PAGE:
This city tour will not only show you the most important landmarks and sights of the historical center of Athens but will also include a complete tour of the Acropolis where your guide will give you an in-depth guided tour of this world heritage site and its major breathtaking monuments all in one fascinating tour.
|RETURN TIME||Approximately 6:30pm|
Most sites in Greece involve extended walking and/or slippery surfaces.
Therefore we strongly suggest wearing comfortable sturdy shoes.
Sunscreen, hat and water are also good “travel companions”.
|DIFFICULTY||Due to extend walking and slippery surfaces please inform us if you have walking disabilities or using a wheelchair before booking this tour.|
Sightseeing tour of Athens, combining modern Athens with the city’s ancient sites
See top Athens attractions like the Tomb of the Unknown Soldier at Constitution Square and the Panathinaic Stadium (sight of the first modern Olympic Games)
Drive to the Roman Temple of Olympian Zeus and learn about ancient Athens Explore the Acropolis of Athens and see the world-famous Parthenon temple
The striking contrast between breathtaking monuments of a glorious past and modern elegant structures is what you will enjoy during your tour of Athens.
Visit the Acropolis, the crowning beauty and glory of Ancient Athens, with its many monuments atop its rocky base, including the awesome Parthenon, the Propylea, the temple of Athena Nike and the Erechtheion, with its Porch of Maidens.
Drive to the Roman Temple of Olympic Zeus, the Panathinaic Stadium (site of the first modern Olympic Games in 1896), and the Tomb of the unknown Soldier in front of the Parliament House on Constitution Square.
See views of government buildings and elegant structures of the 19th century.
Drive along Panepistimiou Avenue and view the Catholic Cathedral, the Academy, University, and National Library.
The Parthenon (Ancient Greek: Παρθενών) is a temple in the Athenian Acropolis, Greece, dedicated to the Greek goddess Athena, whom the people of Athens considered their protector. Its construction began in 447 BC and was completed in 438 BC, although decorations of the Parthenon continued until 432 BC. The Parthenon itself replaced an older temple of Athena, which historians call the Pre-Parthenon or Older Parthenon, which was destroyed in the Persian invasion of 480 BC. Like most Greek temples, the Parthenon was used as a treasury. For a time, it served as the treasury of the Delian League, which later became the Athenian Empire. In the 5th century AD, the Parthenon was converted into a Christian church dedicated to the Virgin Mary. After the Ottoman Turk conquest, it was turned into a mosque in the early 1460s, and it had a minaret built in it. On 26 September 1687, an Ottoman Turk ammunition dump inside the building was ignited by Venetian bombardment. The resulting explosion severely damaged the Parthenon and its sculptures. In 1806, Thomas Bruce, 7th Earl of Elgin removed some of the surviving sculptures, with the Ottoman Turks’ permission. These sculptures, now known as the Elgin Marbles or the Parthenon Marbles, were sold in 1816 to the British Museum in London, where they are now displayed. The Greek government is committed to the return of the sculptures to Greece, so far with no success.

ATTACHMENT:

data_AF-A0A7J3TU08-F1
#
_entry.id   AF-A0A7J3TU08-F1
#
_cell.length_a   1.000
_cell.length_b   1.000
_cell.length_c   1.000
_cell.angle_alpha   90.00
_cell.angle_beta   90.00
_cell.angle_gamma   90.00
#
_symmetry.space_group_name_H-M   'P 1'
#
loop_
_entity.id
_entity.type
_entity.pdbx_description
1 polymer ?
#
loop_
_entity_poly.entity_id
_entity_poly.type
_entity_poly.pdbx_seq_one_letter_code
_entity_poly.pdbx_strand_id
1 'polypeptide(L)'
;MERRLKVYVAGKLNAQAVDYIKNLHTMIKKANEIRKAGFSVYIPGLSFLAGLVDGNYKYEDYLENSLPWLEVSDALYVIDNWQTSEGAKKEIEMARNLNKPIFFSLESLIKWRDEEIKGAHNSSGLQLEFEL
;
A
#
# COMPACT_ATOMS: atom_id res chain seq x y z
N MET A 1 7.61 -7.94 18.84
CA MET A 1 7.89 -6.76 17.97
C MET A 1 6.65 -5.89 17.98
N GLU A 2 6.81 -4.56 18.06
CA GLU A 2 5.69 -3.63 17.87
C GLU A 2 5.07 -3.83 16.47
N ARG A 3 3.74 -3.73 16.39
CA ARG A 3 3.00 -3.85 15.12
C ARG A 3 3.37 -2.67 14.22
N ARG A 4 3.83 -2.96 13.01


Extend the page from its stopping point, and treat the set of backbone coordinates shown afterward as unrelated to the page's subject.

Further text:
Buildings along the street include the Bank of Greece, Athens Eye Clinic, the University of Athens, the Academy of Athens, the National Library, the Numismatic Museum, Titania Hotel, Attica Department Store, as well as a part of the Grande Bretagne Hotel and the Catholic Cathedral of Athens. Many buildings as high as ten to fifteen stories line this street. Old neoclassical buildings of no higher than two to three stories used to exist until the 1950s, when a construction spree, which lasted several decades, demolished all but a few of them.
In ancient times, it was used to host the athletic portion of the Panathenaic Games, in honor of the Goddess Athena. During classical times, the stadium had wooden seating. It was remade in marble, by the archon Lycurgus, in 329 BC and was enlarged and renovated by Herodes Atticus, in 140 AD, to a seated capacity of 50,000.
Olympic Zeus Temple
The archaeological site of the Olympeion comprises the temple of Olympian Zeus, Roman baths, Classical residences, a basilica of the fifth century AD, and part of the city’s fortification wall. Hadrian’s Arch is located just outside the site’s fence..